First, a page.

The Pour

Posted: August 16, 2018 in Uncategorized
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Rich Erwin pours the resin to make a radio active slime pit on his science fiction model railroad “The Mines of Xenon”

The next phase of the scenery sees several items come together as we finish the radio active slime pit and stream.

After the base of white Sculptmold was painted orange to match the surrounding terrain, I painted the the pit and stream various shades of green to simulate radio active slime. I started with the brightest colors out on the edge and worked towards a very dark green in the center section, being careful to blend the edges from one color to the next. Rather than painting strokes, I used dabs and swirls to simulate the effect of a current under the liquid. The bottom of the stream really shows through the clear resin, so an effective paint job is important.

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The stream bed painted shades of green on Xenon 3

Lastly before putting down the layer of resin, I added details to be below the water line. I cut a grocery store toy dinosaur in half to appear as if coming out of the liquid. I cut a Matchbox car tire in half, weathered the two halves, and glued them to the base. I sanded down the end of an HO scale barrel so it would look like it was bobbing up and down. Parts of another toy dinosaur skeleton were scattered about. Bristles were cut from old paint brushes and glued to for long grass and weeds.

Now time to pour the resin. I use Envirotex Lite. I knew from my test attempt that the resin drys very clear – almost too clear. The problem is that light doesn’t bounce off like it would off of a water surface to give the illusion of depth. I thought I would try to tint the mixture to give it some color and visual texture. I mixed the two parts according the manufacturer instructions and added just a few drops of acrylic craft glow in the dark neon paint.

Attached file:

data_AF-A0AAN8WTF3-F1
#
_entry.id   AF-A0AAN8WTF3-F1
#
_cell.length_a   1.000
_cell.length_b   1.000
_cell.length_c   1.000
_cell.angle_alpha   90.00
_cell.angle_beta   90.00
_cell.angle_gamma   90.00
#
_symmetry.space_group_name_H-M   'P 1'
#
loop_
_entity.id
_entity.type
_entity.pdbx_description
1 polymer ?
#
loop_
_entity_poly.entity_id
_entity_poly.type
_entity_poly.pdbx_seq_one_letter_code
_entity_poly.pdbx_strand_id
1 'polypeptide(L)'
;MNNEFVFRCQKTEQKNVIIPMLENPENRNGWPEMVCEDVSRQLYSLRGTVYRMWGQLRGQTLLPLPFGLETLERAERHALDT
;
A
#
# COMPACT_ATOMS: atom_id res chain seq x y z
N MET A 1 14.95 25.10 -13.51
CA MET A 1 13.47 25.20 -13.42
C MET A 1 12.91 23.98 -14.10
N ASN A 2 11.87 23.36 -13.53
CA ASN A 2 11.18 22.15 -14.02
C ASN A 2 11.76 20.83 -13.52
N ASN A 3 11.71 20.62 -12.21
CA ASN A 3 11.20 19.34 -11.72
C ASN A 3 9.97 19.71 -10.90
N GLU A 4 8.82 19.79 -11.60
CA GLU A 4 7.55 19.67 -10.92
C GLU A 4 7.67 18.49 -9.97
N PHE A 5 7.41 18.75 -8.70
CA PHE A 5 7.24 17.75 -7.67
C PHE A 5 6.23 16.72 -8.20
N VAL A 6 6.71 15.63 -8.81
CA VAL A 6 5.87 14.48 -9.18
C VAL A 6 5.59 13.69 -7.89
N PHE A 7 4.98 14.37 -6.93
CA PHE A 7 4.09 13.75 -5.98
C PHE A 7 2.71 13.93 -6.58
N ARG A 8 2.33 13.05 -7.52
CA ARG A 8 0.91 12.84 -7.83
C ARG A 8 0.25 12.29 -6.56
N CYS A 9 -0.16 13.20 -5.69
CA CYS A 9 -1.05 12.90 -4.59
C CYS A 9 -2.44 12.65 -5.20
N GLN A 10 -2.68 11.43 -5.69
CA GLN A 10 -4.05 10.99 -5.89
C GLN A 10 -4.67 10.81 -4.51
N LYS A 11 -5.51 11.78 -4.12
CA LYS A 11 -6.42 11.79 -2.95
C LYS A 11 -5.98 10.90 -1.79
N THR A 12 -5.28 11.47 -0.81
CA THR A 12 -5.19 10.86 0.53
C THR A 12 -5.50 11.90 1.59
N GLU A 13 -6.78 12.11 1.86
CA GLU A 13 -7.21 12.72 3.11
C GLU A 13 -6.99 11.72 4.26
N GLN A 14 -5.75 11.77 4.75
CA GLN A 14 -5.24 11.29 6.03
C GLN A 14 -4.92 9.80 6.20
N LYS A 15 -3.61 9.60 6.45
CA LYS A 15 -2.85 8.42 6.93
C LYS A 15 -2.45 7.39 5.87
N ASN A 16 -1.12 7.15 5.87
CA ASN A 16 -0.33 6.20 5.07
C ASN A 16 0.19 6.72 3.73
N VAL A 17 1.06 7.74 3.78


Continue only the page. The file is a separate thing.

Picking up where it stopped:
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Applying a coat of Mod Podge over the resin-cast radio active slime pit

Then I just poured the mixed resin in the pit and stream. I used a disposable wooden chopstick to spread the mixture about and to get into all the nooks and crannies. After 24 hours I came back to check the pour. It should have been rock hard, but was still a bit sticky to the touch. I gave it another day, but it was still sticky. My theory was that the added acryllic color threw off the mix ratio and affected the drying. I contemplated tearing it out and redoing the whole thing, but then I had another idea.

The next step is to add several layers of Mod Podge (gloss medium) to build up some depth and let the light dance around for that depth affect that is so important. I know this also dried hard to the touch, so I decided just to cover the sticky resin after letting it set for several days. Before applying the gloss medium, I poured some out into a disposable cup and again mixed in the acrylic glow in the dark paint. The affect is clear and subtle, so I added a generous amount – maybe a spoonful.

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A newly applied layer of gloss medium along with the debris of the slime pit

I did five layers of dabbing the Mod Podge. The layers built up successfully, but it was still a bit tacky. So I tried a final coat without any acrylic paint. Yes! That was it – it dried hard and solid. A few other dabs over some trouble spots that had difficulty drying and the application was complete. I’m quite happy with the finished effect.

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Trains are ready to go as the finishing touches are put on the slime pit on the planet Xenon III

The slime pit and stream are the lowest piece of scenery and several other items on the layout depend on them being finished before I could continue, such as the final track placement and ballasting. In the next installment, we’ll add the drain pipe with some glowing sludge coming out and then move on to securing the track.

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